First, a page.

And the way to improve America’s healthcare system is to find solutions to problems that actually exist, not to try solving problems that are not real, because trying to solve problems that are not real is virtually guaranteed to make the real problems worse.
Medicaid, which covers low income individuals and families, is not a problem, so it should not be touched, although we believe it should be protected and expanded.
Medicare, which covers those 65 and older, is not a problem; it is one of the most successful and most popular government programs ever, and we believe it should be supported and protected against all political schemes and attacks, including attempts to bankrupt it with defunding. Which is why we are opposed to Medicare for all proposals.
The healthcare problems we want to solve are America’s real healthcare problems, which include economic waste, high business costs, unnecessary sickness and death, bankruptcies caused by medical bills affecting more than half-a-million people annually, and lower-than-we-should-have economic growth.
We also want to do something about the very real problem of poverty, which we believe National Health Insurance will do by offering better health insurance coverage, lower deductibles, lower co-pays, lower premiums for everyone not on Medicaid or Medicare, and by eliminating bankruptcies and increasing economic growth.
In other words, National Health Insurance will give us what both President Kennedy and Jack Kemp asked for, which is a rising tide that will lift all boats.
How are you addressing the risk of implementing your plan?
We thought about the potential risks a long time. We did a lot of research. We talked with a lot of people. And what we came up with is what we think is an efficient and methodical move to National Health Insurance.
Begin by making it available to only 64 year olds.
Then add one lower age group each year. Year two adds those who are 63. Then 62. And so on, until everyone is covered.
National Health Insurance is a big change, which is why we want to view the beginning as a test, to see if there is anything that might have to be adjusted or changed as one age group is added at a time.
So it will take 65 years to have the plan fully in place?
The absolute worst case scenario is maybe 45 years, because we want to keep one of the truly good parts of the Affordable Care Act, which is to allow children to remain on their parents’ plan until they are 24.
But we don’t think it will take close to that long. What we expect this plan to do, after it is implemented, is to show, year-by-year, that it was a good decision. If there are problems that have to be addressed, fine, do it. If, by chance, there are problems that can’t be solved, and the plan has to be discarded, it will not have caused much damage, and will not bring down Medicare in the process.
What we predict, however, is that the data and facts that will come to light will lead to a decision to start adding more than one age group at a time.
We actually envision a time a few years from now when the facts will support a total implementation in a single year.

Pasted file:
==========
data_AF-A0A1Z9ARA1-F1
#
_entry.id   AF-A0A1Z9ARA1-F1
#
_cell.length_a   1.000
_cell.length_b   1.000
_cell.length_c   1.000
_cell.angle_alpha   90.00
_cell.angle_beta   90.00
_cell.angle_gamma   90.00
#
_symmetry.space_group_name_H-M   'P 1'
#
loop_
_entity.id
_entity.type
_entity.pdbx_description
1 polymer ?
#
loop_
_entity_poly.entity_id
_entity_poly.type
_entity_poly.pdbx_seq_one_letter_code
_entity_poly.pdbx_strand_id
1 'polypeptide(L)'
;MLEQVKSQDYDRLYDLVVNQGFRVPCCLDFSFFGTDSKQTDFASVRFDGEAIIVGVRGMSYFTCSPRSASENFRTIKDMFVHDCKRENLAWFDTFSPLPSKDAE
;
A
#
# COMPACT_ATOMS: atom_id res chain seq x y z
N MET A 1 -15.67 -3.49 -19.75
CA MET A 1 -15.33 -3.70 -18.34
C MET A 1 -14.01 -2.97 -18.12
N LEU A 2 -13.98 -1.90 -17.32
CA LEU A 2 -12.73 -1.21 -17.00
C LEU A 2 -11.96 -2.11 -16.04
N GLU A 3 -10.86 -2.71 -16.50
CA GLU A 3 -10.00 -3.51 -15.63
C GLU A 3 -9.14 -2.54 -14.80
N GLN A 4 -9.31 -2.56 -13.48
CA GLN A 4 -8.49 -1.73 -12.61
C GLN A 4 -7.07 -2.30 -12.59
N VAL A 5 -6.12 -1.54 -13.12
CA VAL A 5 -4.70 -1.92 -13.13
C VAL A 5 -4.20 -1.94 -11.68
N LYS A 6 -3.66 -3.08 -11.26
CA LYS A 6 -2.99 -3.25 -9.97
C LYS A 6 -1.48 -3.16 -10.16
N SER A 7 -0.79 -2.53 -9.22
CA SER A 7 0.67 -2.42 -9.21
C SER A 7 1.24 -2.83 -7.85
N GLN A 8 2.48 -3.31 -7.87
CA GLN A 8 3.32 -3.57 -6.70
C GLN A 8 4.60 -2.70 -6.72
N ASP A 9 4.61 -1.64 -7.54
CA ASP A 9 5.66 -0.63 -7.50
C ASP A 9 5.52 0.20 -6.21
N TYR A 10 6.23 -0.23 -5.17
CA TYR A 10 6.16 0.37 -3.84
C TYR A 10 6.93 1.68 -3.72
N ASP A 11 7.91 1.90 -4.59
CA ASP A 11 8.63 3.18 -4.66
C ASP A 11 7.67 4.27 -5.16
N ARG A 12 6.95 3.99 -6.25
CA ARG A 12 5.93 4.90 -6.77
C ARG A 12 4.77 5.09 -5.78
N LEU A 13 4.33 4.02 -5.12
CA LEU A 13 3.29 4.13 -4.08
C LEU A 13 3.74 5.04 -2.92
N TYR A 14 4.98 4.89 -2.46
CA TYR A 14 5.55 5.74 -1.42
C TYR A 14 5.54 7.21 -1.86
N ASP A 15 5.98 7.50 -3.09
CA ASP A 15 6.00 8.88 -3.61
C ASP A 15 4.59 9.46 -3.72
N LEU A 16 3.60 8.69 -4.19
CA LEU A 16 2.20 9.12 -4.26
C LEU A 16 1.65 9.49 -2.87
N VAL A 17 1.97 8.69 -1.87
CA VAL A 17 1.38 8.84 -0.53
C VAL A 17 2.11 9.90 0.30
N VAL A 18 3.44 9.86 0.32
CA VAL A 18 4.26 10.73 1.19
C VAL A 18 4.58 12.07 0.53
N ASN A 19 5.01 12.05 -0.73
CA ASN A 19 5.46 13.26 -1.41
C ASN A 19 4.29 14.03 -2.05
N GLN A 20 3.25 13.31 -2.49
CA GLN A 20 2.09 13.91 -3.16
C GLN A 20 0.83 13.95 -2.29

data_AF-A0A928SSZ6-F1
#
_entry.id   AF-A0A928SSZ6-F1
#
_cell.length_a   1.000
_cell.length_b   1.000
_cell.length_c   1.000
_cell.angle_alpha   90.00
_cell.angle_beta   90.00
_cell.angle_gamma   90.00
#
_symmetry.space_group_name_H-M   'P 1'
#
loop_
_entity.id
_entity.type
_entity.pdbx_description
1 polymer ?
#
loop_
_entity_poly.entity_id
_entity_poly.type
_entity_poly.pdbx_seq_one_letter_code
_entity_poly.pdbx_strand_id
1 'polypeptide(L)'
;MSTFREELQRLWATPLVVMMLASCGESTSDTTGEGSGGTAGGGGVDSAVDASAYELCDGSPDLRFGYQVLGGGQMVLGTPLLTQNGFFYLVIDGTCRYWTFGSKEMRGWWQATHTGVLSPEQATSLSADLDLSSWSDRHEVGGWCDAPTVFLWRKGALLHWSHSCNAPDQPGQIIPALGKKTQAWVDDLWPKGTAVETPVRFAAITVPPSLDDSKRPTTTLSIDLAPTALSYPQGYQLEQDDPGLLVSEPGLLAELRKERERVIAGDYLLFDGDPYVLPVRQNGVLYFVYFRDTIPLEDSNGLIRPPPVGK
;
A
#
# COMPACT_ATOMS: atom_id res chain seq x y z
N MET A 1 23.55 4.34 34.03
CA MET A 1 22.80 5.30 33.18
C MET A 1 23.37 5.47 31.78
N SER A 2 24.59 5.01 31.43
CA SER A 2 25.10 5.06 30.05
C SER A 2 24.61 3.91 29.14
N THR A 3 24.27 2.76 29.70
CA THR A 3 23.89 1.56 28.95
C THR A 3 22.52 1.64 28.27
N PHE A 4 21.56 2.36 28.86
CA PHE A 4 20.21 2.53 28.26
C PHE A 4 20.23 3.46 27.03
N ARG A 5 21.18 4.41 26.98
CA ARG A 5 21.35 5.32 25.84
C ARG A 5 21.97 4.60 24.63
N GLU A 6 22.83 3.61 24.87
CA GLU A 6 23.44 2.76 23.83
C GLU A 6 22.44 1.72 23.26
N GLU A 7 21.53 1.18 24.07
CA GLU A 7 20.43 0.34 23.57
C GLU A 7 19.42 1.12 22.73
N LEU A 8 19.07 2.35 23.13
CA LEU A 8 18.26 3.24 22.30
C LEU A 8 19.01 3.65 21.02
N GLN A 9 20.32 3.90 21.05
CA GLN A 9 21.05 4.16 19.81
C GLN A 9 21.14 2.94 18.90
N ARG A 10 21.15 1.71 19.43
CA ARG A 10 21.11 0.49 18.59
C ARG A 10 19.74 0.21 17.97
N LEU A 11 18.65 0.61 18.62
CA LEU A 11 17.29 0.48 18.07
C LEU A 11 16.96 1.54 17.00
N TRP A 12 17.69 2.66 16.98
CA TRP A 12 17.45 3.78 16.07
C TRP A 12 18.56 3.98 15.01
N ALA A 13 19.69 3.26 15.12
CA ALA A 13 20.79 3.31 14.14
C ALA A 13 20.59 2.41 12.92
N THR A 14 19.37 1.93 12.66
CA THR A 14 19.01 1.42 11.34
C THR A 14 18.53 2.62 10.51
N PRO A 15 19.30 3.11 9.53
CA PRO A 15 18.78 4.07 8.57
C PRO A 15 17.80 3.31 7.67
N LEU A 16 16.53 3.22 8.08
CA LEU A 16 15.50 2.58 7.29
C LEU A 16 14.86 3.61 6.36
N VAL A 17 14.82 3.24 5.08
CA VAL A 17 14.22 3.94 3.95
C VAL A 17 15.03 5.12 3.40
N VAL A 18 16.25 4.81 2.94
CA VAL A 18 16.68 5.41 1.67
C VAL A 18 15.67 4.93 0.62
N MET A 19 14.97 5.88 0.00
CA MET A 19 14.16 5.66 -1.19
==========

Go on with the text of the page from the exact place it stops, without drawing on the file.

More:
It’s like the idea, or reality, that a thousand mile journey begins with a single step, and that once the journey begins, we might want to run instead of walk.
How will National Health Insurance benefit me, as an individual?
Assume you turn 64 in the plan’s first year.
By eliminating waste, bureaucracy, fraud, and paperwork costs imposed on healthcare providers by private insurance companies, the National Health Insurance premium your employer pays could be almost half what they are paying a corporate health insurance company, and the coverage is much better.
If you pay part of the premium yourself, that falls as well, possibly in half.
You are now a less expensive and just as productive employee for your employer. And because of the savings from the more officiant National Health Insurance plan, your deductible goes down, as low as $100-$200 a year, your co-pays go down, and your coverage limits are eliminated so you no longer risk bankruptcy, no matter what happens.
You come out ahead; so does your employer.
The same thing happens to everyone when his or her age group is added to National Health Insurance, which means employers will want the age dropped as quickly as possible, because every age group added to National Health Insurance adds to their profits, unless they want to pass some or all of the savings on to employees by increasing wages or salaries.
For someone who is self employed, his or her premiums will also fall while their coverage increases.
For the 26 million who are uninsured, it is up to government, not to for-profit companies, to solve the problem, which, of course, is a problem only in a country that cares not just about its citizens, but about the negative impact the uninsured have on the economy.
Is there anything else you would keep from the Affordable Care Act?
We would keep the ACA’s requirement that no one is denied coverage for what corporate health insurance companies call pre-existing conditions.
It should not be called pre-existing conditions anyway.
It is information that should be called a medical history.
Everyone has a medical history, and the information should be used to provide better medical care, not to deny coverage.
How is it paid for?